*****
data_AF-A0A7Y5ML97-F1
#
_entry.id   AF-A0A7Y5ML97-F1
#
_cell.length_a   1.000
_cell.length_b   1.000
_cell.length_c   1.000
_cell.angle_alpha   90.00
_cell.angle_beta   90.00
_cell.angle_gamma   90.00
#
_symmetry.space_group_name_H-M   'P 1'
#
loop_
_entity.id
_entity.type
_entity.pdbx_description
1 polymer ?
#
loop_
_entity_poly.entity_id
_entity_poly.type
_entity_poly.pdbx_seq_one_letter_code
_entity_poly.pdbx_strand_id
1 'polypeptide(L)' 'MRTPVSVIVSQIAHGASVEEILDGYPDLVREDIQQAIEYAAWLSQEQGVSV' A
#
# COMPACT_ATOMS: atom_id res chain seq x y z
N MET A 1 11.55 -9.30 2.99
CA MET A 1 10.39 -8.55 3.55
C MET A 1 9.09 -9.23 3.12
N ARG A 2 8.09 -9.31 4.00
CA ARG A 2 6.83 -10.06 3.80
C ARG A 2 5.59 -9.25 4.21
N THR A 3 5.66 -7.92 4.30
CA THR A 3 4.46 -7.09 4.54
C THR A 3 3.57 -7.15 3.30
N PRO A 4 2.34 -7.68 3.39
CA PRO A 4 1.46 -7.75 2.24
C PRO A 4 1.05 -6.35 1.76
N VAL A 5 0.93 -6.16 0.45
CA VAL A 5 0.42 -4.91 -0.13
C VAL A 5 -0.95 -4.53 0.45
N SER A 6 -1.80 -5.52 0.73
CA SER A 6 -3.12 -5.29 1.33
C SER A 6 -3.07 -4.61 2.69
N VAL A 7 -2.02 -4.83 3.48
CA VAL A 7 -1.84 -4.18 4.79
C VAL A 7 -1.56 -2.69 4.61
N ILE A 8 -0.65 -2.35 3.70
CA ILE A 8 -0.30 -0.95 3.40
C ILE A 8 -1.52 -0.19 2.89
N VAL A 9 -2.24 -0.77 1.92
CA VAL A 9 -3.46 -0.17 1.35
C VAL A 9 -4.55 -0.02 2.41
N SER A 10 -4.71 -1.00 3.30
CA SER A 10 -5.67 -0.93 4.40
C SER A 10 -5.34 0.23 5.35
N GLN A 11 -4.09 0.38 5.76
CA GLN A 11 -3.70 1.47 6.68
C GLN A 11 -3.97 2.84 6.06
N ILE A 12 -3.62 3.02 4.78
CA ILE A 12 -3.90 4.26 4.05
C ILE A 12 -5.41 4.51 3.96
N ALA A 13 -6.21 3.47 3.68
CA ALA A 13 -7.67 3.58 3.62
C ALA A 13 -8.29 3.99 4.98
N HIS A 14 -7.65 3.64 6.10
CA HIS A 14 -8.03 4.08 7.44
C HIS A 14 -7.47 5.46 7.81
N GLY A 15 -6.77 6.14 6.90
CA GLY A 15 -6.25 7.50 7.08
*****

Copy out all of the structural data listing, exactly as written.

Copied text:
data_AF-A0A7Y5ML97-F1
#
_entry.id   AF-A0A7Y5ML97-F1
#
_cell.length_a   1.000
_cell.length_b   1.000
_cell.length_c   1.000
_cell.angle_alpha   90.00
_cell.angle_beta   90.00
_cell.angle_gamma   90.00
#
_symmetry.space_group_name_H-M   'P 1'
#
loop_
_entity.id
_entity.type
_entity.pdbx_description
1 polymer ?
#
loop_
_entity_poly.entity_id
_entity_poly.type
_entity_poly.pdbx_seq_one_letter_code
_entity_poly.pdbx_strand_id
1 'polypeptide(L)' 'MRTPVSVIVSQIAHGASVEEILDGYPDLVREDIQQAIEYAAWLSQEQGVSV' A
#
# COMPACT_ATOMS: atom_id res chain seq x y z
N MET A 1 11.55 -9.30 2.99
CA MET A 1 10.39 -8.55 3.55
C MET A 1 9.09 -9.23 3.12
N ARG A 2 8.09 -9.31 4.00
CA ARG A 2 6.83 -10.06 3.80
C ARG A 2 5.59 -9.25 4.21
N THR A 3 5.66 -7.92 4.30
CA THR A 3 4.46 -7.09 4.54
C THR A 3 3.57 -7.15 3.30
N PRO A 4 2.34 -7.68 3.39
CA PRO A 4 1.46 -7.75 2.24
C PRO A 4 1.05 -6.35 1.76
N VAL A 5 0.93 -6.16 0.45
CA VAL A 5 0.42 -4.91 -0.13
C VAL A 5 -0.95 -4.53 0.45
N SER A 6 -1.80 -5.52 0.73
CA SER A 6 -3.12 -5.29 1.33
C SER A 6 -3.07 -4.61 2.69
N VAL A 7 -2.02 -4.83 3.48
CA VAL A 7 -1.84 -4.18 4.79
C VAL A 7 -1.56 -2.69 4.61
N ILE A 8 -0.65 -2.35 3.70
CA ILE A 8 -0.30 -0.95 3.40
C ILE A 8 -1.52 -0.19 2.89
N VAL A 9 -2.24 -0.77 1.92
CA VAL A 9 -3.46 -0.17 1.35
C VAL A 9 -4.55 -0.02 2.41
N SER A 10 -4.71 -1.00 3.30
CA SER A 10 -5.67 -0.93 4.40
C SER A 10 -5.34 0.23 5.35
N GLN A 11 -4.09 0.38 5.76
CA GLN A 11 -3.70 1.47 6.68
C GLN A 11 -3.97 2.84 6.06
N ILE A 12 -3.62 3.02 4.78
CA ILE A 12 -3.90 4.26 4.05
C ILE A 12 -5.41 4.51 3.96
N ALA A 13 -6.21 3.47 3.68
CA ALA A 13 -7.67 3.58 3.62
C ALA A 13 -8.29 3.99 4.98
N HIS A 14 -7.65 3.64 6.10
CA HIS A 14 -8.03 4.08 7.44
C HIS A 14 -7.47 5.46 7.81
N GLY A 15 -6.77 6.14 6.90
CA GLY A 15 -6.25 7.50 7.08